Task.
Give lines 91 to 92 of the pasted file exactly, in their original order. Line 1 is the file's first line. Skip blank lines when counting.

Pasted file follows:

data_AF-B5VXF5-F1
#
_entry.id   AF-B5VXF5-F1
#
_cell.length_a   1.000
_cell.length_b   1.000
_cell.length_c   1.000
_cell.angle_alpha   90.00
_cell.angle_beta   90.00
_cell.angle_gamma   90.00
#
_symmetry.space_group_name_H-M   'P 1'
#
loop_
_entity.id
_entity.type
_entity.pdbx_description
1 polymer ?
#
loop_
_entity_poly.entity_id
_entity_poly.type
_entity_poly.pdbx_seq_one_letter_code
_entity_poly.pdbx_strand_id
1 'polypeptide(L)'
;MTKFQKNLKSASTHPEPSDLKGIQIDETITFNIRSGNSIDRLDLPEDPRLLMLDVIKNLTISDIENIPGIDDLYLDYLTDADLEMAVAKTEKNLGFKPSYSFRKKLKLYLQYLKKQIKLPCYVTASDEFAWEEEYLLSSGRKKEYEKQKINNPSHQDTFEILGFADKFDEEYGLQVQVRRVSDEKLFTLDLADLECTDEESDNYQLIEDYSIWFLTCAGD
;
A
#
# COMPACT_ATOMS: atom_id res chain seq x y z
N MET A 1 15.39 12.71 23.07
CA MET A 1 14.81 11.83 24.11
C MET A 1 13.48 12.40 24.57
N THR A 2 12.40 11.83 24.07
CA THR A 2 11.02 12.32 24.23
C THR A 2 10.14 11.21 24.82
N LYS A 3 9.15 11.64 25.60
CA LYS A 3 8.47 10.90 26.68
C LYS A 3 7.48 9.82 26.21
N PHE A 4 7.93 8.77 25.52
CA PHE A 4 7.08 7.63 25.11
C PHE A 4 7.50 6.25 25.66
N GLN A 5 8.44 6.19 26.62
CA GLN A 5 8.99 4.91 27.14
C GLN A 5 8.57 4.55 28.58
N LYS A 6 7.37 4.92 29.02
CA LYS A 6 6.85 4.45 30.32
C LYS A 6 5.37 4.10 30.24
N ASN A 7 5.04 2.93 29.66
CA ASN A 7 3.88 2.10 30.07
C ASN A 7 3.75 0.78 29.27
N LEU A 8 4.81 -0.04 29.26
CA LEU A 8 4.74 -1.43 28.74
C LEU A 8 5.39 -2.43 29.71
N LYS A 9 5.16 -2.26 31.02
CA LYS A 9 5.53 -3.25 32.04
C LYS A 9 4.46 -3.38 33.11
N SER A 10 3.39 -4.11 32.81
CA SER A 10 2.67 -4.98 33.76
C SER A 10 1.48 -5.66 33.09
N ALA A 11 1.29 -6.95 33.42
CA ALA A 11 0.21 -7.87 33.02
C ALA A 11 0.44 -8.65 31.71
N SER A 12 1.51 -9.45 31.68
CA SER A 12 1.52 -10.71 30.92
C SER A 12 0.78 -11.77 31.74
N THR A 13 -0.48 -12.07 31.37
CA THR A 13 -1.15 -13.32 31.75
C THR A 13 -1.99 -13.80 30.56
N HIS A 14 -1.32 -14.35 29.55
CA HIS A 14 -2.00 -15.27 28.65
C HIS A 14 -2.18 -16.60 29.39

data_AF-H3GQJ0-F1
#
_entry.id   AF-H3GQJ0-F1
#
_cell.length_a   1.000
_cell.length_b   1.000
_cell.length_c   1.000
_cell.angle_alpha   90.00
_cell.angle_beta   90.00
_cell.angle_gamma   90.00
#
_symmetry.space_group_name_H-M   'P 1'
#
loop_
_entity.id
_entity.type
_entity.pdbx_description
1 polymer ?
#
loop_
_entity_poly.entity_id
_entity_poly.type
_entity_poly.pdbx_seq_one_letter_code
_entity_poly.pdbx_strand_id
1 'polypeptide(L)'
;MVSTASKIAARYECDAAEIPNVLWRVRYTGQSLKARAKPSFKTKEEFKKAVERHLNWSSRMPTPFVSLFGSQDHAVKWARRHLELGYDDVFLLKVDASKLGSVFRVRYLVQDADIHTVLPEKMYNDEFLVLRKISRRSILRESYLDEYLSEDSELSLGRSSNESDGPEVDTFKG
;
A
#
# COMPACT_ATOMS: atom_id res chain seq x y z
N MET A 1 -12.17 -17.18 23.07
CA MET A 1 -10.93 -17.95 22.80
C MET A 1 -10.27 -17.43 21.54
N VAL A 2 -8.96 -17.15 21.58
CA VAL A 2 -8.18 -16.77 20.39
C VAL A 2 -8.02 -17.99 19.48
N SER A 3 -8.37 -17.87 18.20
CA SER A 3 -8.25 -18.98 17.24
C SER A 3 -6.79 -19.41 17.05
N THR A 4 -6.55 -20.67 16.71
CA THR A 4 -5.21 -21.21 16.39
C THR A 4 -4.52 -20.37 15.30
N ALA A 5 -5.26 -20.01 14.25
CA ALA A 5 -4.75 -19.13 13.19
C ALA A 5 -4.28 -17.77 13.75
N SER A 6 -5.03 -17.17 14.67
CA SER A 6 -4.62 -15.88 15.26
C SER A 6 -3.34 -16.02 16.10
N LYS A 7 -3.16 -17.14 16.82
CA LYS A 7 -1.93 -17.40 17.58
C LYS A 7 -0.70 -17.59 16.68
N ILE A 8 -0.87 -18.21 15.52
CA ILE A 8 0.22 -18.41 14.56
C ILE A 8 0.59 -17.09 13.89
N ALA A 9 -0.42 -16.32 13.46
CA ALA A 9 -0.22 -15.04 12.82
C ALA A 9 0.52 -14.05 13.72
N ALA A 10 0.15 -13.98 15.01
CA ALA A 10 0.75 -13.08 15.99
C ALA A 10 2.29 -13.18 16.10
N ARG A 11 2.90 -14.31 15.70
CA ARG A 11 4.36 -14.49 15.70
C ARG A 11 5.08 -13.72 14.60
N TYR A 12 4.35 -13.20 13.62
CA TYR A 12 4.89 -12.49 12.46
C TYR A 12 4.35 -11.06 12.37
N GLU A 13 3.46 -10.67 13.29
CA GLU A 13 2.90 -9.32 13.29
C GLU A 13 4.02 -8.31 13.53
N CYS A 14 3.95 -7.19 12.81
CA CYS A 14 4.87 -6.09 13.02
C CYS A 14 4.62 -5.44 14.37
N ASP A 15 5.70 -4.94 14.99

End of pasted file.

#
loop_